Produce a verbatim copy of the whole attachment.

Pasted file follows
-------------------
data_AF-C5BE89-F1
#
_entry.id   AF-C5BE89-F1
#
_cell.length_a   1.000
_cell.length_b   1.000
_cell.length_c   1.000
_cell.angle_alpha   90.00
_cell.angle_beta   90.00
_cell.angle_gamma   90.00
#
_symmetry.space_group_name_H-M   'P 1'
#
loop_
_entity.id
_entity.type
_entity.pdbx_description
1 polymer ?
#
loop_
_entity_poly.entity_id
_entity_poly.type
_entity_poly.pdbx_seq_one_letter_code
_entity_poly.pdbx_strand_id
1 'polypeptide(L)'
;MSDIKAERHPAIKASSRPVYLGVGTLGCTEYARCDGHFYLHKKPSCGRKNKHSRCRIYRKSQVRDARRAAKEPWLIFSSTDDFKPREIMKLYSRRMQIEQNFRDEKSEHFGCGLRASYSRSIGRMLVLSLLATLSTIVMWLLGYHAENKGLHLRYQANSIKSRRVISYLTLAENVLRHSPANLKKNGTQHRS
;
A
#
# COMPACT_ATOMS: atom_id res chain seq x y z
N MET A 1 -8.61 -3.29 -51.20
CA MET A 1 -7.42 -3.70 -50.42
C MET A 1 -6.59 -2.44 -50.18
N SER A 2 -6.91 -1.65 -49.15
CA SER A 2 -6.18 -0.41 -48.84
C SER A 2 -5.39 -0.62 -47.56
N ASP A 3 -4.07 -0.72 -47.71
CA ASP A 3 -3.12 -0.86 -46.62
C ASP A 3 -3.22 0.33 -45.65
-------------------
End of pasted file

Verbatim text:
data_AF-C5BE89-F1
#
_entry.id   AF-C5BE89-F1
#
_cell.length_a   1.000
_cell.length_b   1.000
_cell.length_c   1.000
_cell.angle_alpha   90.00
_cell.angle_beta   90.00
_cell.angle_gamma   90.00
#
_symmetry.space_group_name_H-M   'P 1'
#
loop_
_entity.id
_entity.type
_entity.pdbx_description
1 polymer ?
#
loop_
_entity_poly.entity_id
_entity_poly.type
_entity_poly.pdbx_seq_one_letter_code
_entity_poly.pdbx_strand_id
1 'polypeptide(L)'
;MSDIKAERHPAIKASSRPVYLGVGTLGCTEYARCDGHFYLHKKPSCGRKNKHSRCRIYRKSQVRDARRAAKEPWLIFSSTDDFKPREIMKLYSRRMQIEQNFRDEKSEHFGCGLRASYSRSIGRMLVLSLLATLSTIVMWLLGYHAENKGLHLRYQANSIKSRRVISYLTLAENVLRHSPANLKKNGTQHRS
;
A
#
# COMPACT_ATOMS: atom_id res chain seq x y z
N MET A 1 -8.61 -3.29 -51.20
CA MET A 1 -7.42 -3.70 -50.42
C MET A 1 -6.59 -2.44 -50.18
N SER A 2 -6.91 -1.65 -49.15
CA SER A 2 -6.18 -0.41 -48.84
C SER A 2 -5.39 -0.62 -47.56
N ASP A 3 -4.07 -0.72 -47.71
CA ASP A 3 -3.12 -0.86 -46.62
C ASP A 3 -3.22 0.33 -45.65